How to Find Your Child’s Adoptive Parents – A Step by Step Guide

With an alarming number of women who were promised open adoptions having the door slammed shut in their face, I thought I would write about some methods that can be used in order to solve this problem. Almost every search group will not search for a child until they are 18 or 21 years of age, regardless of whether or not it was supposed to be an open adoption. However, I think that searching for adoptive parents, who promised to always keep you in the loop, is something that all first moms should know how to do.

Most women who were promised open adoptions would probably not have even considered adoption,at all, if they knew they would spend years wondering if their child was healthy or, at the very least,alive. The promise of open adoption does seem to lure in a good number of mothers who would not otherwise have signed the dotted line. This “glamorizing” or “dolling-up” of adoption is a way to fill the demand for babies. While a good number of adoptive parents do keep their promises (and should be given kudos for that), the sad reality is that the majority do not. Some don’t even give their real first names, as advised by the agency, which can sometimes make it almost impossible to find anything.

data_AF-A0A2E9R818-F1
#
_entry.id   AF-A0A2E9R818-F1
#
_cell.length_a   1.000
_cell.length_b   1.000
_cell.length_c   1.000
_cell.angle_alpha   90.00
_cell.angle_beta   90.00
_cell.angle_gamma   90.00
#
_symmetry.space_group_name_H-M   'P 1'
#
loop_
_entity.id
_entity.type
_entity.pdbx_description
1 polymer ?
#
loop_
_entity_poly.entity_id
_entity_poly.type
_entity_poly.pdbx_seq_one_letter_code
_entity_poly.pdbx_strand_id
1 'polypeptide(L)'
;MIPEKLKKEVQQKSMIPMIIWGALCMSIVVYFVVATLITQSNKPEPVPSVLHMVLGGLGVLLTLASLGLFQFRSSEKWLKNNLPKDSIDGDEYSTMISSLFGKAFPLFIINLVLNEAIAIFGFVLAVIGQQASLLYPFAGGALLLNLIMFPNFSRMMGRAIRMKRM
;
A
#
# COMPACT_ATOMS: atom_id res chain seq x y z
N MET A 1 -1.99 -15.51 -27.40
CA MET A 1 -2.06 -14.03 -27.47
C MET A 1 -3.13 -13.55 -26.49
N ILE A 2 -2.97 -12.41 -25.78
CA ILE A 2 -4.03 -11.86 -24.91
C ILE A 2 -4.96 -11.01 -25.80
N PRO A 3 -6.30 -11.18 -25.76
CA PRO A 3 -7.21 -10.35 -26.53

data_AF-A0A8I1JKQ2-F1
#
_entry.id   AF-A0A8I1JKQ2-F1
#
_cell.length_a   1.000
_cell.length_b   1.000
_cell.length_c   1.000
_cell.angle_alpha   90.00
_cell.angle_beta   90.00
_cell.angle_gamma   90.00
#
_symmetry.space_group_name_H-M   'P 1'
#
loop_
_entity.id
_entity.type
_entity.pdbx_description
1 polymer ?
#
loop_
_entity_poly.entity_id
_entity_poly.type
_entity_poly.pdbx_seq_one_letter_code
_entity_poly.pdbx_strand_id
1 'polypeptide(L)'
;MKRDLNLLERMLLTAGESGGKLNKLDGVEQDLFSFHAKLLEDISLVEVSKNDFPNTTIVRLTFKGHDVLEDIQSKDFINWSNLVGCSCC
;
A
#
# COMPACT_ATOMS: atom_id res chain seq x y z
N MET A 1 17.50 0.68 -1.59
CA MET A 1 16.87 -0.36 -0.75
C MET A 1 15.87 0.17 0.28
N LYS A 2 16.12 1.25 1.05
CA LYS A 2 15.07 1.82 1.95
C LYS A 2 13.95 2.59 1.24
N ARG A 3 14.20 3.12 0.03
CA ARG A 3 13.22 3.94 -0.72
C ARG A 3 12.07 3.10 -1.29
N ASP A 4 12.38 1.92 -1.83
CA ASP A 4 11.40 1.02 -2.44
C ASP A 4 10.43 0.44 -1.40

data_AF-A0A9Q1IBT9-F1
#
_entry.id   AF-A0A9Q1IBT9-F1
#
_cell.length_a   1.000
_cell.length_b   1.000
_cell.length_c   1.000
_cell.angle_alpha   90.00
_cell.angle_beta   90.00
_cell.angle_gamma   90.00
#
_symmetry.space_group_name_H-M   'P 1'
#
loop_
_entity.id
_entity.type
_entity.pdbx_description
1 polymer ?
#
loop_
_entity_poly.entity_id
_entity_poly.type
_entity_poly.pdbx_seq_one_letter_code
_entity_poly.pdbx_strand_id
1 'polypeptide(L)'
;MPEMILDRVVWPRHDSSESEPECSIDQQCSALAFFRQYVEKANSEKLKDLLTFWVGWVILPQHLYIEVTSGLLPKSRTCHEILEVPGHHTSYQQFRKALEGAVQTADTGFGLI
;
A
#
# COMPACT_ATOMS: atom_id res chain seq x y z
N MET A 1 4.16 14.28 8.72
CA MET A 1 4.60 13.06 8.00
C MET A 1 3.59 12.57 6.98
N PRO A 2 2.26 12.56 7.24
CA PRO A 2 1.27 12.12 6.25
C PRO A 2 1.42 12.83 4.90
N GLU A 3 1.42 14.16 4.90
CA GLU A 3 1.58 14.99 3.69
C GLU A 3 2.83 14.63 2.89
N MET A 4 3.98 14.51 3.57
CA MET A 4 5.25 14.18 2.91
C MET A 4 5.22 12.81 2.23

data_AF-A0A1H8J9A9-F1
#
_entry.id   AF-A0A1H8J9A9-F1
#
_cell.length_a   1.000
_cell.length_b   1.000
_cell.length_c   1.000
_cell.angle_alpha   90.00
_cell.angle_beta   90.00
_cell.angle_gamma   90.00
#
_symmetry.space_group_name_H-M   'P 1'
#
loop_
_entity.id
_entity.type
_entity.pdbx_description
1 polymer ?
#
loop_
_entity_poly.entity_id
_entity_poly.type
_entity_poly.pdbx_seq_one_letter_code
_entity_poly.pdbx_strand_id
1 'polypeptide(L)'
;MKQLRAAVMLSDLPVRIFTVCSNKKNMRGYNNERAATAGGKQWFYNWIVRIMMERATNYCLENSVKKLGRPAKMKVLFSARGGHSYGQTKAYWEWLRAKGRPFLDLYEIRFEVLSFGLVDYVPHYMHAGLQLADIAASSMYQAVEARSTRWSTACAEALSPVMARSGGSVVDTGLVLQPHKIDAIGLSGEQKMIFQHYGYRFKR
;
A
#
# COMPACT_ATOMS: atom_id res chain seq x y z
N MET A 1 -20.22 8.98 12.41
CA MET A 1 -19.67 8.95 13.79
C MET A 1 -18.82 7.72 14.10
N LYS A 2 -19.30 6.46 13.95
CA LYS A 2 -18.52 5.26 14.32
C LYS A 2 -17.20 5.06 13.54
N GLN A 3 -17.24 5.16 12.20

Where does this leave us? Pretty much in an era of closed adoptions that are initially sold as open. I think it is despicable that anyone would take someone else’s child, promise they will always know how that child is doing, and then shut and lock the door. It’s deceitful and there is a special place in hell for people like this.

I’m here to hold them accountable. I don’t care if your child is 2 or 22. If I am able to help you find just a picture of your child to ease your mind, after the sacred promise made to you by the adoptive parents has been broken, then it has made everything worth it.